It’s no secret that education transcends borders. Even a trip to a school in rural America, situated in a county that is 98% white will introduce you to a cultural melting pot, filled with students from all over the world.
Diversity in education is an excellent thing, providing universities with an important element of cultural variety that is beneficial to all students and staff. However, there are also unique challenges that come with being a student whose home life is located an ocean away.
Social workers help make that transition a little bit easier, ensuring that students from every background have the resources they need to achieve academic success. In this article, we take a look at how social workers play an important role in securing educational opportunities for international students.
What Do Social Workers Do?
Social workers are problem solvers. They step into complicated situations and help ensure that everyone involved has the opportunity to thrive. In the case of helping international students acclimate to a new school, they can serve as an important lifeline, providing information, resources, or just a sympathetic ear.
Below, we highlight several key services that international students receive from social workers.
Cultural Adjustment and Integration
Naturally, international students experience a degree of cultural shock that most of their peers can’t relate to. Higher education is always a bit of a shock. Most students find that they are on their own for the first time in their lives.
Just imagine navigating that experience in a foreign language. In a country that isn’t your own. This is the experience of virtually all international experiences.
Social workers play a pivotal role in assisting students in this aspect, providing support and guidance to facilitate cultural adjustment and integration.
By organizing orientation programs, workshops, and cultural events, social workers create safe spaces for international students to share experiences and learn about the host culture. They offer insights into local customs, traditions, and social norms, helping students develop cultural competence and bridge the gap between their home country and the new environment.
While this doesn’t completely eliminate culture shock, it can help prevent it from becoming a barrier to learning.
Emotional and Psychological Well-being
Leaving home can be psychologically challenging for any college student. However, most kids with families in the United States have easier access to their families than international students do. If you are going to school a few hours away from home, you can visit your family on the weekends, or make a phone call to your mom on the way to econ.
But what if your parents are an ocean away? What if their time zone is twelve hours ahead of yours? These factors can make even basic forms of family connections very challenging.
Obviously, even really excellent social workers can’t fix those problems. However, they can serve as vital allies in addressing the emotional and psychological challenges that international students deal with every day.
Support can range from counseling sessions, to simply lending a sympathetic ear from time to time.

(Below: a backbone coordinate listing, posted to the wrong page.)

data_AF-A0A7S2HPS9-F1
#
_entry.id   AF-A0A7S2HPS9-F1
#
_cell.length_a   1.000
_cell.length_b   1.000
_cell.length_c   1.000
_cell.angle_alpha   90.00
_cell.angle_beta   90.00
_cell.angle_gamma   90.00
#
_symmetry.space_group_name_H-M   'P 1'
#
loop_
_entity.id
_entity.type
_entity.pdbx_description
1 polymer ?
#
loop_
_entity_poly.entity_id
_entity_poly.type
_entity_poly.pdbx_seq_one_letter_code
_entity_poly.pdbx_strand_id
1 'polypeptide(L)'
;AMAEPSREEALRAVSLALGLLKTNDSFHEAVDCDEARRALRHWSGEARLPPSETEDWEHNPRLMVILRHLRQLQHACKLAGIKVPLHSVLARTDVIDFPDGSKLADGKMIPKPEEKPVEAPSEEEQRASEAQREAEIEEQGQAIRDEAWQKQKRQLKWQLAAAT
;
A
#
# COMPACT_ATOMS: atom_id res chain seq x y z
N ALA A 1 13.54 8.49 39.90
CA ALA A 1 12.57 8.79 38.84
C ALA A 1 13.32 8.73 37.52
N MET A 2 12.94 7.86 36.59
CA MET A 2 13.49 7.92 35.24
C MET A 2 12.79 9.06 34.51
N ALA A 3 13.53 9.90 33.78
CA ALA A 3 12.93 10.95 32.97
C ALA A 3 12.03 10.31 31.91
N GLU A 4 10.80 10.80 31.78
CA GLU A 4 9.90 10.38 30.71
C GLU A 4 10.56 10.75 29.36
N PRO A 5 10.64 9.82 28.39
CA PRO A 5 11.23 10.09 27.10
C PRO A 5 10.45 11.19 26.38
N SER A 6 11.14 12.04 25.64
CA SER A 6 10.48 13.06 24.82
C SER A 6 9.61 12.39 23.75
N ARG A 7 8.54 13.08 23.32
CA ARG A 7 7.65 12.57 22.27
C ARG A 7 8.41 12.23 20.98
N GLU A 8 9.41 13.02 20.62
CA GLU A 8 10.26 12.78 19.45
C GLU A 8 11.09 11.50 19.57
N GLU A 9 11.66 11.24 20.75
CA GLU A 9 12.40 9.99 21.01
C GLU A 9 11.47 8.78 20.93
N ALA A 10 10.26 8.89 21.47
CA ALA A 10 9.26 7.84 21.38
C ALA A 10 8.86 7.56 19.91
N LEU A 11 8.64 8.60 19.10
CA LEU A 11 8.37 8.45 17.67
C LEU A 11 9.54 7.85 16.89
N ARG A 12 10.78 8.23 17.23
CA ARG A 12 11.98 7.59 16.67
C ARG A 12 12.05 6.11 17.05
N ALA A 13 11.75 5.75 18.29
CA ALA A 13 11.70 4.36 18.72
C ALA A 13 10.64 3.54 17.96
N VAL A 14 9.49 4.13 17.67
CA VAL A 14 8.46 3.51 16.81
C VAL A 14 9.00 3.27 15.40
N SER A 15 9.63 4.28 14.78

Learning in a second language or unfamiliar culture is uniquely challenging. International students may struggle to manage different cultural expectations, or language barriers that can interfere with their ability to learn.
Schools have resources in place to help make these hurdles more manageable. Social workers can provide valuable support on that front, connecting international students with resources and peer support that can help bridge cultural and language gaps.
We’ve already mentioned how language can serve as a significant barrier for international students. While most come to the country with a good understanding of the native tongue, there are still difficulties with learning, reading, and writing in a language that isn’t your own.
Not only can this have a big impact on the school, but it can also be socially limiting. Many international students struggle to make connections with students who aren’t from their culture.
Social workers can help with that problem on all fronts. Not only can they help the international student meet people from their native culture, but they can also facilitate events that allow international students to broaden their horizons, and meet people from all over the world.
There are also many logistical issues that can be harder for international students to manage. For example, housing. Obviously, most colleges have dorms. However, if the student is to live off campus, they may require help to find a location that is both accessible and affordable.
For international students with limited financial resources, social workers can also connect them with aid, or free resources that make their time at school a little bit easier.
Advocacy is ever and always at the heart of everything that social workers do. Their job is to help the people under their care succeed. While success can mean different things depending on the situation, the guidance counselor’s commitment to the people under their care is something that never changes.
At a broad level, that may include political activism. Advocacy for laws that make life easier for international students.
In the school setting, guidance counselors may also advocate to secure more resources and opportunities for international students.
Naturally, this will usually be situationally specific. Every international student is an individual with unique needs. Similarly, each university is unique in how it meets those needs. Good guidance counselors are skilled at identifying solutions that might benefit their case load and finding ways to achieve them.